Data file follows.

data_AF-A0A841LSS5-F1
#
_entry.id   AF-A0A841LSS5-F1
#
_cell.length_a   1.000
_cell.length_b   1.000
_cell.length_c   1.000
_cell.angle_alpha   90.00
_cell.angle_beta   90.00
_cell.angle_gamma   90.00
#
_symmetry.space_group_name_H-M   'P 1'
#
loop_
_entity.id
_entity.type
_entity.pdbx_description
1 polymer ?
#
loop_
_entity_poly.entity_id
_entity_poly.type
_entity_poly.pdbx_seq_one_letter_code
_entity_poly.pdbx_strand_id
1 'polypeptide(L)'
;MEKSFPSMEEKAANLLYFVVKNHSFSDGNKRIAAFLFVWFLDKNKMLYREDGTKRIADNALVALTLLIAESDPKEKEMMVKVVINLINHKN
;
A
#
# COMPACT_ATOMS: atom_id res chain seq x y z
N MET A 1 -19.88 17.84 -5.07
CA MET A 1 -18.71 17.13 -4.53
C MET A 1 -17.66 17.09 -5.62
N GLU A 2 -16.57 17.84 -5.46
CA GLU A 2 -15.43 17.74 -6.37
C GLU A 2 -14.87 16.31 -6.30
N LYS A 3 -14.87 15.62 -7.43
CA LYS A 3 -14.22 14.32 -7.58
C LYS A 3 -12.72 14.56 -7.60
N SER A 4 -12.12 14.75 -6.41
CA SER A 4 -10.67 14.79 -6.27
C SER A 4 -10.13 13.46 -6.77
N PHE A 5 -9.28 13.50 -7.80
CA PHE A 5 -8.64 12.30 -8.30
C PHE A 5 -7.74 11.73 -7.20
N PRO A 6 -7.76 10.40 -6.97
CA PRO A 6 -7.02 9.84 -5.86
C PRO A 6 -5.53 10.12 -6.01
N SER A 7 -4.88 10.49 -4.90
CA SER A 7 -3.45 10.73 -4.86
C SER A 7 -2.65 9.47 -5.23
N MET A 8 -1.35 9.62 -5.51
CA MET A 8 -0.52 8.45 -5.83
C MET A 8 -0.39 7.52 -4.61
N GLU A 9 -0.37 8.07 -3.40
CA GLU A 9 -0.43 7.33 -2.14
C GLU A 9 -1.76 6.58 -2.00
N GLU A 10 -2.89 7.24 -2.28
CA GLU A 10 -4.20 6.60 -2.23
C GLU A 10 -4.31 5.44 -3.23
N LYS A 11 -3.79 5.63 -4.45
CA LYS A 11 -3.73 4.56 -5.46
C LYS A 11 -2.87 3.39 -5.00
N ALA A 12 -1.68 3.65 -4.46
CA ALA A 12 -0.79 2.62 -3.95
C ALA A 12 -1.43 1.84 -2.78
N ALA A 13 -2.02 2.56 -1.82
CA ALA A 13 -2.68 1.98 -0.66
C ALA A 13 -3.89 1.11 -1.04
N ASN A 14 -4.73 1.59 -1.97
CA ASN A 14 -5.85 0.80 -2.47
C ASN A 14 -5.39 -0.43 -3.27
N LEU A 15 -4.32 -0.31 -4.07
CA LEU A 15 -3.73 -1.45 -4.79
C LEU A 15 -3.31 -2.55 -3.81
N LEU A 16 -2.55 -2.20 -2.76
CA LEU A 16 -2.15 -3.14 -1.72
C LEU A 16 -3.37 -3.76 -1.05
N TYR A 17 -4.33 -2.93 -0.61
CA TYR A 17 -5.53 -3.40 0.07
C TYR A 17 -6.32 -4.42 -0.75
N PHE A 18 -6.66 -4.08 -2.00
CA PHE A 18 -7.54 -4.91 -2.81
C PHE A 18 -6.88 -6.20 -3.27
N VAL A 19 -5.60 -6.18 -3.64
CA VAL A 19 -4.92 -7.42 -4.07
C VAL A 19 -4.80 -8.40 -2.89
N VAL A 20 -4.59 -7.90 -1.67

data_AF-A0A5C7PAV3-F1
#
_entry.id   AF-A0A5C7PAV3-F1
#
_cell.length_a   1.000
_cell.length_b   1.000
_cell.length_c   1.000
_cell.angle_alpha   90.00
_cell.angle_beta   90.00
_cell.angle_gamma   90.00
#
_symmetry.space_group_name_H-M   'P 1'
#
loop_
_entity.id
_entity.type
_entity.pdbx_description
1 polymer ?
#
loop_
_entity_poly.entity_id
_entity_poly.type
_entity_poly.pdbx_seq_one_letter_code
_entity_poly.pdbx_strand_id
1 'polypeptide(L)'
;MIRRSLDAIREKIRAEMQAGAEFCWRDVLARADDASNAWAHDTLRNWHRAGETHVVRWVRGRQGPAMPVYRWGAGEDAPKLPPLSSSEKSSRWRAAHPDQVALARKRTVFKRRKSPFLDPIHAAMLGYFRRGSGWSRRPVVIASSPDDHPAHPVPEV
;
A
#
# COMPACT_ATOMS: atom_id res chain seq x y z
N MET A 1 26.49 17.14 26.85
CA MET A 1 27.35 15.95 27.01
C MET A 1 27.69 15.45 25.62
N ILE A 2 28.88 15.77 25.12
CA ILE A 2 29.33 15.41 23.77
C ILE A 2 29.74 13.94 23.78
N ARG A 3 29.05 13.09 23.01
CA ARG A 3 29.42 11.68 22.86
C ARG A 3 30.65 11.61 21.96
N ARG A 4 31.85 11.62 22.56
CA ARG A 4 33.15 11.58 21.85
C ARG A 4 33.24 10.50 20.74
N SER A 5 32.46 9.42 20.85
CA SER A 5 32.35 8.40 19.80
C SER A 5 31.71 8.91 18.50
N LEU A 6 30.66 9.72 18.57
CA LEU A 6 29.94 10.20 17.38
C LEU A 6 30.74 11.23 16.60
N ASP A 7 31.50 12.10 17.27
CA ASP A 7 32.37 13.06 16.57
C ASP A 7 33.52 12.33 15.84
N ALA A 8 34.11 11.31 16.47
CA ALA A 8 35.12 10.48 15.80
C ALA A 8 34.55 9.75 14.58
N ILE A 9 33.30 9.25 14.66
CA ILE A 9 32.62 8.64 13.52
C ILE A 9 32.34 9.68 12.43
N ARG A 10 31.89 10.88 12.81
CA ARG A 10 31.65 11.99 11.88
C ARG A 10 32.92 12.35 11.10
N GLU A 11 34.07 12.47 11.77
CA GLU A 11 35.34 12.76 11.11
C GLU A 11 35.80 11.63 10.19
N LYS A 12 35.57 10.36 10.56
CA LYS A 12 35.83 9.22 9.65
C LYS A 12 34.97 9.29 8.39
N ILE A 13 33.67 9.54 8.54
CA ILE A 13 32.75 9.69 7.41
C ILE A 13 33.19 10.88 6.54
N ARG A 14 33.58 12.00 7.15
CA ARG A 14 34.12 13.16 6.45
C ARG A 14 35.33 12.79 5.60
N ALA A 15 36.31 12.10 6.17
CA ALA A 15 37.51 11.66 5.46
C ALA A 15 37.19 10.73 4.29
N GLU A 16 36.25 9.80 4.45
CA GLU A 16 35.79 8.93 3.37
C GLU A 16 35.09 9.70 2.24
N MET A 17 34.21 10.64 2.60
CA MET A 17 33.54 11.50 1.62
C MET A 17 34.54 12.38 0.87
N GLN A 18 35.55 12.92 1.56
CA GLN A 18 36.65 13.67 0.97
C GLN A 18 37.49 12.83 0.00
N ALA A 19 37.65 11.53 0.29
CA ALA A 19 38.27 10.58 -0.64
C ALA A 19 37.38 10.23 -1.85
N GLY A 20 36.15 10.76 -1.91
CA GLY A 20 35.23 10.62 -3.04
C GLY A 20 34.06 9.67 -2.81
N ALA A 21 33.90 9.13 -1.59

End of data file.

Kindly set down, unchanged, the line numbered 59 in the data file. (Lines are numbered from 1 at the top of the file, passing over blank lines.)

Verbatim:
CA GLU A 10 -4.20 6.60 -2.23